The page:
Some partnerships are a natural outcome.
No, the natural capabilities of dogs, and their basic nature--combined, I am convinced, with the bonds that develop between individual humans and the individual canines who live with them--led the members of both species to stumble, together, onto the idea of the dogs doing these jobs.

Resource Guarding: it's a Dog Thing.
Dogs are naturally territorial, "resource guarding" creatures--and we humans definitely fall into the category of "resources" for most dogs. From there it's a short step to a role as "Head of Ranch Security." Hunting and herding also stem from things dogs do naturally, even without humans around. 

On duty or off, a dog needs a purpose in life. Just like people do.
I guess you can tell I place myself into the category that thinks dogs benefit from having a mission in life. And now, if you'll excuse me, my personal trainer Jake (the tan-and-white IG in the front of the top photo) tells me it's time for a walk (of course, he's just doing his job . . . ).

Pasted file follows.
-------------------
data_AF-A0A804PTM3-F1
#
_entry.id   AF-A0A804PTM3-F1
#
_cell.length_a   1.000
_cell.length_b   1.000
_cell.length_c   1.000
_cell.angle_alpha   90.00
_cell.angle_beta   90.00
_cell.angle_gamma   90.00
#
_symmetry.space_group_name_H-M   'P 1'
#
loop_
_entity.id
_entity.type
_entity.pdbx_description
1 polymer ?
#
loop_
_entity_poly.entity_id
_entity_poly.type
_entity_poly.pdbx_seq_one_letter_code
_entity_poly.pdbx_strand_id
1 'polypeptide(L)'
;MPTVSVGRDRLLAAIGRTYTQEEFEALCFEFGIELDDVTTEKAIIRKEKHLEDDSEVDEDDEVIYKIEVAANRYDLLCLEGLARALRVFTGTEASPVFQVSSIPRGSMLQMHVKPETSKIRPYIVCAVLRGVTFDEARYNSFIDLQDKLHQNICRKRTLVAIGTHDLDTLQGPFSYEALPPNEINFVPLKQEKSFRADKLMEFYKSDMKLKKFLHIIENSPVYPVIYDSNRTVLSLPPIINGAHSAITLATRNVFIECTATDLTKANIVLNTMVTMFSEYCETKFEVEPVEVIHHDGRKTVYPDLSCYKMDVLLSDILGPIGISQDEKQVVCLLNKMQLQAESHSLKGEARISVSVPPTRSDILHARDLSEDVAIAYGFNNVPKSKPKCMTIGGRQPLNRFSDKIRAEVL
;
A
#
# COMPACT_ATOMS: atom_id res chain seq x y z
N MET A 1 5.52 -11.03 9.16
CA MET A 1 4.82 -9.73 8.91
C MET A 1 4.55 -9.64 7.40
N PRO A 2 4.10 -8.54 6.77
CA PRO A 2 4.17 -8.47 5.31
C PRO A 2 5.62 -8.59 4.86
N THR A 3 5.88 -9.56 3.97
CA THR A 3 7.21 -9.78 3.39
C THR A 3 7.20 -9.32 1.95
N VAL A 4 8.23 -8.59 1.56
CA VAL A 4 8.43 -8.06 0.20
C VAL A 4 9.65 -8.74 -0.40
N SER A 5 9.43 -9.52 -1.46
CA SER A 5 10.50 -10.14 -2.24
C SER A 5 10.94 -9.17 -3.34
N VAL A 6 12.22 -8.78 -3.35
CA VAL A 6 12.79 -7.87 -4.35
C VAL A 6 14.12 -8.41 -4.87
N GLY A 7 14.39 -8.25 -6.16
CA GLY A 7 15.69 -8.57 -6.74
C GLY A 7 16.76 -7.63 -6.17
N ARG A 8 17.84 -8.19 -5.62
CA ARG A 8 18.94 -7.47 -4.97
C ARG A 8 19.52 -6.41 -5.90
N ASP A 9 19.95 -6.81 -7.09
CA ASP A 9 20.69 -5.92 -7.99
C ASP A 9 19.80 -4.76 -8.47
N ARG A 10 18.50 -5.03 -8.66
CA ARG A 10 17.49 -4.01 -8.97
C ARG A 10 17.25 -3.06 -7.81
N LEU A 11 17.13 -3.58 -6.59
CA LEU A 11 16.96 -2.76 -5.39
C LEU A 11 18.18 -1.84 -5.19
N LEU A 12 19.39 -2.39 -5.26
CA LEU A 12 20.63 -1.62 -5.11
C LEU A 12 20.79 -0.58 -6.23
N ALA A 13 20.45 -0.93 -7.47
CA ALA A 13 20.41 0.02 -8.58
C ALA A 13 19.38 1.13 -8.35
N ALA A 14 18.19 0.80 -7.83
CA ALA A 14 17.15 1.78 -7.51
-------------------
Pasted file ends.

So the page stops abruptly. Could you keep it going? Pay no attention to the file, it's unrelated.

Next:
Do you have any "working dog" stories to share? please put them in the "Comments" section below!

IMAGES: Many thanks to my daughter Signy for the photo of me in my favorite recliner with four Italian Greyhounds. Many thanks to National Geographic and cartoonist Tony Hall, for the "campfire moochers" image. Many thanks to the HumorHub Subreddit, for the "Wolves Once" image, to Pete Somers' Pinterest Board for the "holstered attack dogs," to Stamp Right Up's Pinterest Board for the "bored so took up scrapbooking" meme, and to Dog Medicine Info, for the photo of the bored dog. Thank you to Darwin Dogs for the "Shepherd/Sheepdog Conspiracy" image, to Boredom Kicker's Pinterest Board for the unworried kid with three German Shepherds, and to Payton Phillips' Pinterest Board for photo of the Gizmo-snuggling terrorist-hunter. It's been a pleasure finding these images, and I greatly appreciate their creators!

Monday, May 16, 2016

Why Creative Parents Don't Fear Summer

They don't fear it, because they Know. Not that it isn't a creative challenge--bored kids can get into a lot of very un-fun, uncreative trouble. Our job is to provide a nudge, keep an eye on the boundaries, and offer a little space.